Ever try sneaking out of the house without saying goodbye to your kid? Just don’t want the waterworks, the tantrums, the “you said you’d never leave mes?” Yes, saying goodbye, even when you’ll be gone only 20 minutes, can be a rather unpleasant affair. I get it. I didn’t want to do it either, but just recently, now that my daughter is 4 years old, I’ve started reaping the always-say-goodbye-to-your-kid benefits. Yes, it took 4 full years.
I wrote on this topic a year ago (“When You Gotta Go…) and this is an update of sorts, more results of this little experiment called Parenthood. I was told by a very wise mom to always say goodbye. Start when your child is an infant—when they give you that blank stare—and continue on when they’re toddlers—when the stare becomes a roof-raising scream. Stay the course, keep saying your goodbyes.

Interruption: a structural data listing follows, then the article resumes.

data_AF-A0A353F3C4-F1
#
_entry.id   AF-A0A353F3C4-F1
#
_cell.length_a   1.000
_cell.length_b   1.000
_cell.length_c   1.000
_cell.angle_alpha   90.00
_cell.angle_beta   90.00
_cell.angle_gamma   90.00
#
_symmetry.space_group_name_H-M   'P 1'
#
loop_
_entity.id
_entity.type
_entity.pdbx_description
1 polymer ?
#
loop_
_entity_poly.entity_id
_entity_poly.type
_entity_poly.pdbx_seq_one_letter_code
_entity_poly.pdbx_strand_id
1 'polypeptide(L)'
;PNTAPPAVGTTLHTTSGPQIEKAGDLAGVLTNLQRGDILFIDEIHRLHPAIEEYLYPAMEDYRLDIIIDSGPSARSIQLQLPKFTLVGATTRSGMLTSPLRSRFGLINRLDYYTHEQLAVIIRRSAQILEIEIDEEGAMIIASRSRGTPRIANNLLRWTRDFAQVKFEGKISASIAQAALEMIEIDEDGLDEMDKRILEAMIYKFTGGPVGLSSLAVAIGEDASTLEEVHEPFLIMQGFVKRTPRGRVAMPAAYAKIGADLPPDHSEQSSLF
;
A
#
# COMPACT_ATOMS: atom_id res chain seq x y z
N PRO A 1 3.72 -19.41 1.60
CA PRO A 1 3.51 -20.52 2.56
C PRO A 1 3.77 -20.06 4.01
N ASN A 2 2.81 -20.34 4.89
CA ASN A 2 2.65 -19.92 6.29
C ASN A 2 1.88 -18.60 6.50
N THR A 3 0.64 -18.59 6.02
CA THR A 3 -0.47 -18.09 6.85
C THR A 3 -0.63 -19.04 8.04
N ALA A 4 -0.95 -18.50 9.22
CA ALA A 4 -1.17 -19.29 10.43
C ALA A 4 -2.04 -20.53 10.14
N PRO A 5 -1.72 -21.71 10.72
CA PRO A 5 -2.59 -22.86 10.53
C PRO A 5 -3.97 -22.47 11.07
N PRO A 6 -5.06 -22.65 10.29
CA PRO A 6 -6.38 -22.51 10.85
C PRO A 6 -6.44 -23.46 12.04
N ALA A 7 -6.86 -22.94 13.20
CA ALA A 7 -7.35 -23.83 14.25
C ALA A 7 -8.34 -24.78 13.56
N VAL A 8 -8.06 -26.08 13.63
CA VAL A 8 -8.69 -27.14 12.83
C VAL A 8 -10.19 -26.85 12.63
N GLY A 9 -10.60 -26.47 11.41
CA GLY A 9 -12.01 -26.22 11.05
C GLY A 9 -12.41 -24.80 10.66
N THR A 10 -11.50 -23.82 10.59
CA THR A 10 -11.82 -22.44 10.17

A year ago my daughter was pretty good about letting me leave; her bottom lip stuck out a bit and she usually cried for 5 minutes after I left. Not bad at all, but the guilt of her sad goodbye ate away at me. Last weekend my husband and I escaped for 24 hours while Grandma stayed with the daughter. When, with our bags in hand, we told her goodbye, she threw her arms around us and told us to have fun then went right on playing.
Wow. I guess it finally sunk in: “mama always comes back.” No waterworks, no “you said you’d never leave mes,” just “have fun.” And… we did.